The Effect of Divorce on School Performance and Behavior in Preschool Children in Greece: An Empirical Study of Teachers’ Views

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DOI: 10.4236/psych.2014.51005    6,733 Downloads   14,897 Views   Citations


According to the National Statistical Service of Greece, single-parent families, which emerged after divorce, in 2011 occupied an important place among other family types, endangering a large number of children to display behavioral problems and poor school performance. The purpose of the present study was to investigate the effects of divorce on preschool children. Specifically, we studied the behavior problems and academic performance of children from single-parent families compared with children from nuclear families according to teachers’ views. The research sample consisted of 314 students from various urban and suburban parts of Greece, for which their 118 preschool teachers completed the “Pupil Behavior Rating Scale” (PBRS) and a questionnaire with demographic characteristics and data of themselves, their students and their students’ parents. The results of the research showed statistically significant correlations between 1) the type of family and occurrence of behavioral problems and 2) the type of family and school performance of the two student groups (single parenthood-nuclear). According to the findings of the present study, it appears that the family pattern affects the emotional development and school progress of children. For this reason, bearing always in mind that each family is unique, they are of particular importance: the assurance of a structured family environment (quality relationships of the members), the regular communication with parents built upon relationships of respect and trust, and finally, the social support and assistance of competent institutions to single-parent families.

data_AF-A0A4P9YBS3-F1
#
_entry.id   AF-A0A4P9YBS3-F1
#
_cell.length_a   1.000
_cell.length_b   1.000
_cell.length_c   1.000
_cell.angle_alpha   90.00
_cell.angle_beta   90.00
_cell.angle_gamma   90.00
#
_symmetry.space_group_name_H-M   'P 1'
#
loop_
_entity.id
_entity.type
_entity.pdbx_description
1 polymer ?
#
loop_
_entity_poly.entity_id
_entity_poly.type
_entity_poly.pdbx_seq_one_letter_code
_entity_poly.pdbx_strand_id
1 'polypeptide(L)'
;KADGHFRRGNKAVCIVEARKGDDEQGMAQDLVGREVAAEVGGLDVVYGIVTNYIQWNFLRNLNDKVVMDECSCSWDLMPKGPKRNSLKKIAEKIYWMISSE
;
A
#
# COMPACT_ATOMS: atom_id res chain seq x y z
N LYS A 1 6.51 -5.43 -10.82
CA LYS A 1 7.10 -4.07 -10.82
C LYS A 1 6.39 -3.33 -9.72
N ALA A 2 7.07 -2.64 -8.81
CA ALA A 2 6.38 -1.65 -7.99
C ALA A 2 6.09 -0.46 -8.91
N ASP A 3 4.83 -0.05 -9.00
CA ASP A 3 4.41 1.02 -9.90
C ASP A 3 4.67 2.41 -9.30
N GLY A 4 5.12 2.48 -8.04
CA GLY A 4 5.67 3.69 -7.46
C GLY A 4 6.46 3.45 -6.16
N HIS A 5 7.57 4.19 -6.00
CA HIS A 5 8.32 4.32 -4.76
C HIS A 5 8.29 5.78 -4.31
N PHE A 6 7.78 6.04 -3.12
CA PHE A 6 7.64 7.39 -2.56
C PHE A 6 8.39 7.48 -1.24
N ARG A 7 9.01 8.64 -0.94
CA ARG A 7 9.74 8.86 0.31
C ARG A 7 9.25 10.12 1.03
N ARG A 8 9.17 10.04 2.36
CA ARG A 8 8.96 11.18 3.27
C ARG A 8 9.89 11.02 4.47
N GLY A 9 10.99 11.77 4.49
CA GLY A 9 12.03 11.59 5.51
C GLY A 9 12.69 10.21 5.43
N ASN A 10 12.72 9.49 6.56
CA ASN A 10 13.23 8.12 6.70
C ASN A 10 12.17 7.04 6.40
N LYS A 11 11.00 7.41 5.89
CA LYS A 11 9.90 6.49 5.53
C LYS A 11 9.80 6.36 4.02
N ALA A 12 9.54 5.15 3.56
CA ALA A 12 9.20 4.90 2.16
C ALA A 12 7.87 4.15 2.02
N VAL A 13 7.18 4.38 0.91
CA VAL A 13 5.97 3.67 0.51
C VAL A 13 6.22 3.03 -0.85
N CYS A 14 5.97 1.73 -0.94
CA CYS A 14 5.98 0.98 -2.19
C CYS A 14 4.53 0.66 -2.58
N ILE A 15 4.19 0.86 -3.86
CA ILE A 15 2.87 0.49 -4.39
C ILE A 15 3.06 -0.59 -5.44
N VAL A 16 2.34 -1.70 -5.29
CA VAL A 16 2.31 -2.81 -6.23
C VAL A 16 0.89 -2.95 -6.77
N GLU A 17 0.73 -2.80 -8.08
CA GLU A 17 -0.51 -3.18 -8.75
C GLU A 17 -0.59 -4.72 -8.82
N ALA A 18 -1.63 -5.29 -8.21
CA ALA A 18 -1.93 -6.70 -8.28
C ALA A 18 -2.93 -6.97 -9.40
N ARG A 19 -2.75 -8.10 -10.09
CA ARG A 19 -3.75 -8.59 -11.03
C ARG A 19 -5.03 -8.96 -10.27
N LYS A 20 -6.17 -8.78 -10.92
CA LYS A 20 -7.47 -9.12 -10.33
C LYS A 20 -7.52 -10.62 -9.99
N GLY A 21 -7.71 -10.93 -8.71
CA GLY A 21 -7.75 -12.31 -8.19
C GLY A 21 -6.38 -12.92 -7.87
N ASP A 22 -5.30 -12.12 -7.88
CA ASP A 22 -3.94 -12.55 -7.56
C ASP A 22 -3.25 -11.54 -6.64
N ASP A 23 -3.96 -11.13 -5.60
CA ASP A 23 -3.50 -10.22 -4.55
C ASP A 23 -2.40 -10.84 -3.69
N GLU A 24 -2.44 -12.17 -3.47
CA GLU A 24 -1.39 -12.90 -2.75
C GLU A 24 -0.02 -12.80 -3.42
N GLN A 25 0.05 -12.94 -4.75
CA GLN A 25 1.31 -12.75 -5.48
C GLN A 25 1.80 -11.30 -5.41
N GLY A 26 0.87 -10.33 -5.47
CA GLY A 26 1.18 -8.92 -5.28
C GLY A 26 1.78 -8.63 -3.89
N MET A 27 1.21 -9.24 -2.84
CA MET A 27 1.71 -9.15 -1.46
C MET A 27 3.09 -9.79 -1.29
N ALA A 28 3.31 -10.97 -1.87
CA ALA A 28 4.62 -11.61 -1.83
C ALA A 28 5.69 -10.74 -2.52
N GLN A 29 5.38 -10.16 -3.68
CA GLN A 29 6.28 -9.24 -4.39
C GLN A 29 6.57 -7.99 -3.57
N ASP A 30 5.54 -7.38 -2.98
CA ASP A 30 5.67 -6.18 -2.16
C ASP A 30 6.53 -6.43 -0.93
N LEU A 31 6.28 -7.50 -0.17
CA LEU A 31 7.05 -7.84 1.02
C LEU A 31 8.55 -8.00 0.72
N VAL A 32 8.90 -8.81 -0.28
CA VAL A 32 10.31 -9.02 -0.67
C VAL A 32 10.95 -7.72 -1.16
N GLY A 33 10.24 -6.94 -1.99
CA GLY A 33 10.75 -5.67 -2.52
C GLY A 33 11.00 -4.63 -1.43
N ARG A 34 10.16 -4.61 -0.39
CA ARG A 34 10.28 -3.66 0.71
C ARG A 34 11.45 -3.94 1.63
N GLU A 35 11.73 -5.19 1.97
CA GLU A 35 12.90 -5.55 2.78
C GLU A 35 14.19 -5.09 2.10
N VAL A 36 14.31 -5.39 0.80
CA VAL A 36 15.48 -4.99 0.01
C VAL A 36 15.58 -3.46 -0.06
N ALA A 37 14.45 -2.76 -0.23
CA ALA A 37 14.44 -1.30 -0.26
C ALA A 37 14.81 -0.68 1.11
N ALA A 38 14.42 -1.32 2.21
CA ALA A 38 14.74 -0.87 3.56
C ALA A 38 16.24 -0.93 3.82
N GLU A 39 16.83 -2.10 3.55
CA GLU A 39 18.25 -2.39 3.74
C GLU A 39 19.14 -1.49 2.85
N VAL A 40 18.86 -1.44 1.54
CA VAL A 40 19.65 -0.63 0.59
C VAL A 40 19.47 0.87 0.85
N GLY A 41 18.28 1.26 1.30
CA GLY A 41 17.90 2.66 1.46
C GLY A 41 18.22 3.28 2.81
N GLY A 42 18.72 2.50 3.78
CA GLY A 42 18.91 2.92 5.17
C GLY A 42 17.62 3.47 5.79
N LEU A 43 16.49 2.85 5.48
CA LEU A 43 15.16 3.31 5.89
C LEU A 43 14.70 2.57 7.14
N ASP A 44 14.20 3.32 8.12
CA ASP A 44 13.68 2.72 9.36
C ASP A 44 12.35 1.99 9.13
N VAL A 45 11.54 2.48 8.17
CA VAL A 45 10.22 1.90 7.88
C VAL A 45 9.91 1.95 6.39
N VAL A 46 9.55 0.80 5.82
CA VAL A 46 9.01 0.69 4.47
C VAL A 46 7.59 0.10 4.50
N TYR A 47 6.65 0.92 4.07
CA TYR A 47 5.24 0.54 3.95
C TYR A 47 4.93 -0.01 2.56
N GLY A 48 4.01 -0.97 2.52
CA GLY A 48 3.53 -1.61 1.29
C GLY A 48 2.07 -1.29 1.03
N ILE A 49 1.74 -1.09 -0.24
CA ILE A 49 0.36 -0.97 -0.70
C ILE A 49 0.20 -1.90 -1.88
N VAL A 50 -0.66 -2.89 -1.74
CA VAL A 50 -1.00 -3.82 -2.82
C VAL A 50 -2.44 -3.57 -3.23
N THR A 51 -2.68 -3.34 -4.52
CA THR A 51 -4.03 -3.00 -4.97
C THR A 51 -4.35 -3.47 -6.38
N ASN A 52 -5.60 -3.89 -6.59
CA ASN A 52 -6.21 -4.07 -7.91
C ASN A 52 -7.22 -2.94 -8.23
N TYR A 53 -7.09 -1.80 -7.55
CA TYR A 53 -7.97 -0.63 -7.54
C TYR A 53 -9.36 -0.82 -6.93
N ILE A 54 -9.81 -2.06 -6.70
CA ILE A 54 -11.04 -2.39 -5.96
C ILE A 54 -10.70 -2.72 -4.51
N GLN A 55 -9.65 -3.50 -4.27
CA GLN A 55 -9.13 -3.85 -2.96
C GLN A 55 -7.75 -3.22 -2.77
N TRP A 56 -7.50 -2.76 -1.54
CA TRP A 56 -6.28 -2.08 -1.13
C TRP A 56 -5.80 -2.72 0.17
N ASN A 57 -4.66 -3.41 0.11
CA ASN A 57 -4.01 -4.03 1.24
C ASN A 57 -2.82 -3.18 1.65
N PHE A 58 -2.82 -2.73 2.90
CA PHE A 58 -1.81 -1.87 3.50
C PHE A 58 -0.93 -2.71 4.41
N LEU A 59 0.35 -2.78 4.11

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Babalis, T. , Tsoli, K. , Nikolopoulos, V. & Maniatis, P. (2014). The Effect of Divorce on School Performance and Behavior in Preschool Children in Greece: An Empirical Study of Teachers’ Views. Psychology, 5, 20-26. doi: 10.4236/psych.2014.51005.


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